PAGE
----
“Good,” Nelson said.

“You were telling me,” Seth said. “The LAPD arrested the gal?”

“How’d you know?” Nelson asked. “That’s the kicker. The strangler is a woman, wife of the chief suspect. They matched her DNA after they brought her in. LA Weekly is saying you solved the case.”

“They had female DNA but they thought it was another victim,” Seth said. “That’s good work. I’ll have to give them a call.”

Nelson smiled at him.

“What?” Seth asked.

“So which is it?” Nelson asked.

“How much do you have riding on it?” Seth asked.

“We all put in ten bucks,” Nelson said. “Everyone but Ava. Bob put in her ten bucks.”

“And what does Ava say?”

“She says that O’Malley does whatever O’Malley wants to do,” Nelson said. “So?”

“I quit,” Seth said. “Ava’s right. I don’t do power plays and there’s too much celebrity drama at the LAPD.”

“Good,” Nelson said.

“That’s what the lab money is on?” Seth asked.

“Yes sir,” Bob’s booming voice came from the back of the lab. He came up carrying his briefcase. Bob shook Seth’s hand. “Nice to see you Seth.”

“See you tomorrow,” Nelson said.

Ava and Bob waved to Nelson.

“Today was bad?” Seth asked.

“Pretty rough,” Bob said. “And who are we going to call? The police? That would only bring more angry cops.”

“They say that I’m responsible for the end of luck at DPD,” Ava said.

“Magic O’Malley brought the DPD luck,” Bob said. “Let’s hope no one dies tonight. You’re going to walk Amelie out?”

Seth nodded.

“Nice to see you up and around Seth,” Bob said. “Few more days and I bet you won’t need that cane.”

Seth waved. Ava continued working.

“You’re mad,” he said.

“Mad’s not exactly the right word,” Ava said.

“Are you mad at me?” Seth asked.

“By association,” Ava said.

“You could quit too,” Seth said.

Turning, Ava gave Seth a strong dark look and went back to her test tubes.

“Yeah, bad idea,” Seth said. “What are we doing this weekend?”

“How’s Lizzie?” Ava asked.

“She’s good,” Seth said. “They think she’ll be well enough to go home tomorrow if she wants. Schmidty wants to take her to the beach house. If she gets out, they’ll go tomorrow. What would you like to do?”

Ava kept working.

“You are mad,” Seth said. “What can I do?”

“What are you going to do with yourself, Seth?” Ava asked. “And don’t tell me you’re going to stay at home. You won’t. You’ll either go on some cockamamie Seth-a-palooza music tour or…”

“I’m going to finish the movie,” Seth said. “I’m going to get better and I’m going to get married. That’s enough to fill up the rest of this year and some of next.”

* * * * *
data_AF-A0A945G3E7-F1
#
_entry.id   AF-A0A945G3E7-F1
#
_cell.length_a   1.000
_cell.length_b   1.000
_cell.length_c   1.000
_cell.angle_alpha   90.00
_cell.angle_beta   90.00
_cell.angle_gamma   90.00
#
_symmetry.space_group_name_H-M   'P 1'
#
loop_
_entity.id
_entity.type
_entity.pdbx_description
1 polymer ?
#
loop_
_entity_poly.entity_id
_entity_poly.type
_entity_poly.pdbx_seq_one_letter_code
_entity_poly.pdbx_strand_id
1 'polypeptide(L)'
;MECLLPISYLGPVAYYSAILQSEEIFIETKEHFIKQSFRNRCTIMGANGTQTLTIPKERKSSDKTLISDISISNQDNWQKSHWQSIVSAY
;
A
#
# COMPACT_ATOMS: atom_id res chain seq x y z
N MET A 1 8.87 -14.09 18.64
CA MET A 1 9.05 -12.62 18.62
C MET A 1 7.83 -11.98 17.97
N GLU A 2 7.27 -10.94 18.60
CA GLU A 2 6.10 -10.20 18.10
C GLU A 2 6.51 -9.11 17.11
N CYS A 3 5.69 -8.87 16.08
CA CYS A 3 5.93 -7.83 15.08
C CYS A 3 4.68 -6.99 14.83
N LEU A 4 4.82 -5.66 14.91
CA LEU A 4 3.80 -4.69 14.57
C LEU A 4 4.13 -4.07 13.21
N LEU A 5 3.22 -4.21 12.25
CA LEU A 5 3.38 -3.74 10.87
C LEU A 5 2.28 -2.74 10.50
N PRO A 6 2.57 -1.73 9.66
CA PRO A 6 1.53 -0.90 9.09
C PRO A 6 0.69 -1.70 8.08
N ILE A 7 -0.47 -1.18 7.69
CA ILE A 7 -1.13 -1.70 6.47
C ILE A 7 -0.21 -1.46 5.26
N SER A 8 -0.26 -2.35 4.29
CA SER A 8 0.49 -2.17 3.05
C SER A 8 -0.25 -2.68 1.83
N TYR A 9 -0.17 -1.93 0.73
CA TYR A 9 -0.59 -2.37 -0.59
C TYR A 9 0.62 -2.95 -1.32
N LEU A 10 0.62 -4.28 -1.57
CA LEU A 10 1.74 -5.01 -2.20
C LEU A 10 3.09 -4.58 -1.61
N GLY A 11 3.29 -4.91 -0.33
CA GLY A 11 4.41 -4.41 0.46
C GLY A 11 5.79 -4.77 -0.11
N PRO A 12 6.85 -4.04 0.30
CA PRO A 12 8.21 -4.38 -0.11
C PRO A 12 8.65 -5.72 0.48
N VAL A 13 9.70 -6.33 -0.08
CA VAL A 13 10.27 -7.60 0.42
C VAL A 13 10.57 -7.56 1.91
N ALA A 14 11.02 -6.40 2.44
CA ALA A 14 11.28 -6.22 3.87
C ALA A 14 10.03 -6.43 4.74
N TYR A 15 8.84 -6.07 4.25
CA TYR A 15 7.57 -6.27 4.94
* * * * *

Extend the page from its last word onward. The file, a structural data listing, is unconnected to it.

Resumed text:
Ava sniffed.

“To you, if you’re wondering,” Seth said. “And when all of that is done and we’ve celebrated and settled back in, I’ll see what’s next.”

Ava set the racks of test tubes in the refrigerator.

“I told you all of that when we talked a few days ago,” Seth said.

Ava got her purse and jacket.

“So why are you mad?” Seth asked.

“What am I supposed to do while you do all of this?” Ava asked.

“Pursue your dreams,” Seth said. “Work here or where ever you want to work. Grieve the loss of your best friend in the whole world. Play with our puppy Clara. That’s enough.”

Ava shook her head at him and went toward the door.

“So what’s wrong?” Seth asked.

“It’s not my fault you quit,” Ava said.

“No, it’s not,” Seth said.

“Will you tell the men that?” Ava asked.

“I don’t know what good it will do, but I will do what I can,” Seth said. “Anything I can do to make it better for you?”

“Dinner,” Ava said.

“Dinner is waiting for us at home.”

“Hot tub?” Ava asked.

“Done,” Seth said. “Anything else?”

Ava gave him a wry smile. Without saying another word, she left the lab. Smiling, he followed her out.


Saturday afternoon — 2:15 P.M.

Tanesha looked up when the doorbell rang again. She watched one of Jeraine’s ‘people’ answer the door. The penthouse was filling with men who were there to help Jeraine get ready for his event. His hair had been cut. He’d had a facial and was sporting a fashionable beardlike line of growth along his chin. He was trying to decide whether to wear four hundred dollar jeans and a four thousand dollar shirt or a ten thousand dollar silk suit. She felt like she had a backstage ticket to the Miss America pageant. She’d even overheard a conversation about the best eyeliner for men with ‘dark complexions.’